Upclose: ‘Take risk out of the equation’

Jim Beach and Chris Hanks figure they’ve taught thousands of people how to become entrepreneurs over the years through classes they’ve led at Georgia State and the University of Georgia, as well as through business conferences.

Now, they’ve teamed up to launch TheEntrepreneurSchool.com, an online education program through which they expect to reach many more people. As part of the rollout of the site, they’ve written a book, with journalist David Beasley, called, “School For Startups,” which is billed as “the beginner’s guide to low-risk entrepreneurship.”

Published by McGraw-Hill, it’s an energizing, pep-talking read that tries to motivate wannabe entrepreneurs to get up off the couch and into their own businesses through a mix of real-world examples and tips.

Beach, who now works at TheEntrepreneurSchool.com full time, and Hanks, who still heads UGA’s Terry College of Business Entrepreneurship Program, are themselves entrepreneurs, having built and run successful companies. While they have different but complementary skill sets, Beach says, they are “100 percent in line” with how to start and successfully operate a business.

Beach, who at 26 founded American Computer Experience, a student technology training business that grew to 700 employees, talked about their philosophy and why people shouldn’t be afraid to start their own company.

Q: What's the goal of this book?

A: The main point is to challenge the on-the-street conception of what entrepreneurship is. If you were to ask, 95 out of 100 people would say entrepreneurship is about taking risks and being creative. We don't believe in either of those. The implications of that are profound.

Q: Why is risk not part of entrepreneurship?

A: Risk-takers are people who start a business with no planning, who do things without proper preparation. Entrepreneurs are people who reduce risk to the point where starting a business is a no-brainer. They do everything possible to reduce the risk so that the chance of failure is much, much less.

Q: How do you do that?

A: Instead of quitting your day job and risking your mortgage and health insurance, start a small business on the side that you can run from 5 o'clock at night to 9 o'clock at night. In the first year, the business might only make $10,000, but in year three or four it will grow. Then, with no risk at all, you can quit your day job and seamlessly transition into the business you've been incubating on the side. We want you to take risk out of the equation.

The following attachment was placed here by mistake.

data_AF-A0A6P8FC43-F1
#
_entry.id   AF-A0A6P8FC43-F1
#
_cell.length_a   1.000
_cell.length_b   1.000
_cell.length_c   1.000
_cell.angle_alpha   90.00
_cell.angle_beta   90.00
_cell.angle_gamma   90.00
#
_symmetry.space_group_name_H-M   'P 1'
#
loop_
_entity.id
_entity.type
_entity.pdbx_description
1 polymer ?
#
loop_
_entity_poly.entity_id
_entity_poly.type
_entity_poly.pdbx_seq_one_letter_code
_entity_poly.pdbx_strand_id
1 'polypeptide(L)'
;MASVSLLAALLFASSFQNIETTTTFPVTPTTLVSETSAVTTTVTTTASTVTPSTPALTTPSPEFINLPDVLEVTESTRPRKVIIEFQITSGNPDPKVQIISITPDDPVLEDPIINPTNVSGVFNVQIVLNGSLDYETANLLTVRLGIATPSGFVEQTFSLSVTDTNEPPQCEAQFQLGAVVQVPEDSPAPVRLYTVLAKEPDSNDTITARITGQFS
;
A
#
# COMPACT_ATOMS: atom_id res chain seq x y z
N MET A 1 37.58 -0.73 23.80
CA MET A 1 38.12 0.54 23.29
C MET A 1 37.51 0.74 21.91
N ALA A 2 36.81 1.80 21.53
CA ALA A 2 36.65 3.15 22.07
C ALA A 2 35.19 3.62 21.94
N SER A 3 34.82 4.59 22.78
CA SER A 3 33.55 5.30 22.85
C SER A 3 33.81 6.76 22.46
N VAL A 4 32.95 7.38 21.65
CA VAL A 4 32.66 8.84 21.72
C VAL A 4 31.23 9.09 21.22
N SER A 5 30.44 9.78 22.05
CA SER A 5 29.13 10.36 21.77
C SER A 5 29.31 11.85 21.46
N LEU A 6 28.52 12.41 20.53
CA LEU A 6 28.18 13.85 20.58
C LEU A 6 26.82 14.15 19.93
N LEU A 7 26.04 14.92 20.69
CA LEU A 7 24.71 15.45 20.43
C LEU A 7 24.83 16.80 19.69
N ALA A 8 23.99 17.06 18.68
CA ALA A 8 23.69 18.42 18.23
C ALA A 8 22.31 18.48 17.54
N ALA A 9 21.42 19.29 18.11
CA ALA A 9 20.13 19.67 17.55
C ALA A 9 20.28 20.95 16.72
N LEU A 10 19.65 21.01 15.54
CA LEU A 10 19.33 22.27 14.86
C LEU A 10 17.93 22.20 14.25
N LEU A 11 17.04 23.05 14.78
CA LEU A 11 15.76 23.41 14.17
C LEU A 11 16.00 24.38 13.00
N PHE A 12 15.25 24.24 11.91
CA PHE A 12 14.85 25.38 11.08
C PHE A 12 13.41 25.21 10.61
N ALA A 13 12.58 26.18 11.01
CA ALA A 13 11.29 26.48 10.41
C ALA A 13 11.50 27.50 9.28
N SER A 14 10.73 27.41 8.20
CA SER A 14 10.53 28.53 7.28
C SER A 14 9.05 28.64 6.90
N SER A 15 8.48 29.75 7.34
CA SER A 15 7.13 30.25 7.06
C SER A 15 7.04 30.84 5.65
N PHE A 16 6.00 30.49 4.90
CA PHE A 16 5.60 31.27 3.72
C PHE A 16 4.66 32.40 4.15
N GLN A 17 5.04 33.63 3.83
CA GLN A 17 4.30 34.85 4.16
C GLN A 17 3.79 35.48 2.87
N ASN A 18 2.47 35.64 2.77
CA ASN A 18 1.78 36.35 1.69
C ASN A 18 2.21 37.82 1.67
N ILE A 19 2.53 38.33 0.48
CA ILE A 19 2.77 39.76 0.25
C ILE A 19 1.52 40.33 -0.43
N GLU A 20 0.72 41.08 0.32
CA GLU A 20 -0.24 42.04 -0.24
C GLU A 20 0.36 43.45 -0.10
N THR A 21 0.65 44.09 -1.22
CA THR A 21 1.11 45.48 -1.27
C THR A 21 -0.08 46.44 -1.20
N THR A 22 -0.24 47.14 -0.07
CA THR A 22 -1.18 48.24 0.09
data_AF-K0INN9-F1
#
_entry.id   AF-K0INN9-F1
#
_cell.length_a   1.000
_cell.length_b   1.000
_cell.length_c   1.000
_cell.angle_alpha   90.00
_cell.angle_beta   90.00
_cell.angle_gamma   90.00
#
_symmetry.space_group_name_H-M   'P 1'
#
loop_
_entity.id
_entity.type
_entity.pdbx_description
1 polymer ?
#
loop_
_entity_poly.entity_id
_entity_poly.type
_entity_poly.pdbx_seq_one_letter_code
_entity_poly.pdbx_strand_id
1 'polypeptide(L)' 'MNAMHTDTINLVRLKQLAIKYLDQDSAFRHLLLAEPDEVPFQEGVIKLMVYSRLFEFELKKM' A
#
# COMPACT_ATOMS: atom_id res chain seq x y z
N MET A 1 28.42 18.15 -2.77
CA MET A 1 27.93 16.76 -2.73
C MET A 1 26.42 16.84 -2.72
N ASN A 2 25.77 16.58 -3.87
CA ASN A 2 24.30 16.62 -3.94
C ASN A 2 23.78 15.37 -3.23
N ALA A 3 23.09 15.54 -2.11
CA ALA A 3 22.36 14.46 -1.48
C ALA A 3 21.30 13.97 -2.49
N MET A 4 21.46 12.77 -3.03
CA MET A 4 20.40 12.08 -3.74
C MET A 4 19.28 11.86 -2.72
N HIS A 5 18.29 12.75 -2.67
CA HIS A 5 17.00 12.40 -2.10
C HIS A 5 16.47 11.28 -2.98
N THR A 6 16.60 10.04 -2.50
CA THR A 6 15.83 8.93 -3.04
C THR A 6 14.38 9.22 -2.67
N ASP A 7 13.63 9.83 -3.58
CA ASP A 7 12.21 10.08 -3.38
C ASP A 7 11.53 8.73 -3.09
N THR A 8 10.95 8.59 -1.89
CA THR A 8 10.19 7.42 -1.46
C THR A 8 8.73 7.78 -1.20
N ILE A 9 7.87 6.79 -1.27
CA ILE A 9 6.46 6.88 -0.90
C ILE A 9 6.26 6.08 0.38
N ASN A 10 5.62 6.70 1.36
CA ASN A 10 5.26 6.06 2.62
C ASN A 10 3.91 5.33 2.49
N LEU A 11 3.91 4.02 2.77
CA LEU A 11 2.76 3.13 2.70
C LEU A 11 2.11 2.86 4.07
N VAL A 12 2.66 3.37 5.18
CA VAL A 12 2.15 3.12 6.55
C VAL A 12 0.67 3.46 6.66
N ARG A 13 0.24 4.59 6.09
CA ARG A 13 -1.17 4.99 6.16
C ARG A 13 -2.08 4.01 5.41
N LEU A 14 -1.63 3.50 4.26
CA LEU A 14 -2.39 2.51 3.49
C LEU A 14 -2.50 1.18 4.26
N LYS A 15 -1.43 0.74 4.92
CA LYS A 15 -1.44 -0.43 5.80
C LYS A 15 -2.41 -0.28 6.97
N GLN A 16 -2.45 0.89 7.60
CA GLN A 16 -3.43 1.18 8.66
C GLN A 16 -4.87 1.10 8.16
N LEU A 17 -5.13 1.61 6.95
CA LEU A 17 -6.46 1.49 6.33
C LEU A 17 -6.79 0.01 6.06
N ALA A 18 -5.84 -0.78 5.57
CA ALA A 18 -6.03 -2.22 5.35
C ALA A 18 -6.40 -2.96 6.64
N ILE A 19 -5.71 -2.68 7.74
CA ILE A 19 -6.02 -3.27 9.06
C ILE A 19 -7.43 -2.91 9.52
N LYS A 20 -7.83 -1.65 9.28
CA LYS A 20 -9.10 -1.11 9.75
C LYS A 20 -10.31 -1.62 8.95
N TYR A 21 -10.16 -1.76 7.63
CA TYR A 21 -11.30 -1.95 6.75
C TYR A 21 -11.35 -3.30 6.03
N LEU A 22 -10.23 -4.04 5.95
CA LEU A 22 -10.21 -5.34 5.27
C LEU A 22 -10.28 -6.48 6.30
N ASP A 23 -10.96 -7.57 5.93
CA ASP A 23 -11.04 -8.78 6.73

Q: What about creativity?

A: We don't believe in creativity. Entrepreneurship has nothing to do with creativity. If you sit around and wait to be hit with this lightning bolt of creativity, it's just not going to happen. Most of us are not creative people; the creative people end up in the arts. Most of us should go out and find an idea that's really good and implement it better than anybody else. If you want to be an entrepreneur — and 72 percent of Americans admit they'd like to be — go out there and find someone else's idea and just do it better. Ninety-three percent of businesses around the world are copies of existing businesses.

Q: What are the implications of not having to be creative and not having to take risk?

A: If I take risk out and I take creativity out, you have no excuse to not do it. There are no excuses.

Q: That must offer some hope to those who are unemployed and looking to do something on their own.

A: This book is also written for them because it's also a low-capital way of starting a business. A lot of unemployed people could find $5,000, or start a service business for under a $1,000.

Q: One of the things the book talks about is multiple streams of income. How does that fit in?

A: One way you decrease risk is by diversifying. A corporate person might have one source of income. In today's incredibly competitive outsourcing, move to China or move to India world, it's very likely that you'll not only have to change jobs but careers. The man is going to be determining your future. Whereas, if you start one little business that makes $5,000 the first year and in year four $50,000, then you start another business and another and you're going to have multiple streams of income. They may not by themselves provide a living, but together they can provide a beautiful income with all of the freedoms. And if one of them goes bad, the other businesses will be there to support you. You're going to be happier, more fulfilled, have a higher quality of life and have greater job security.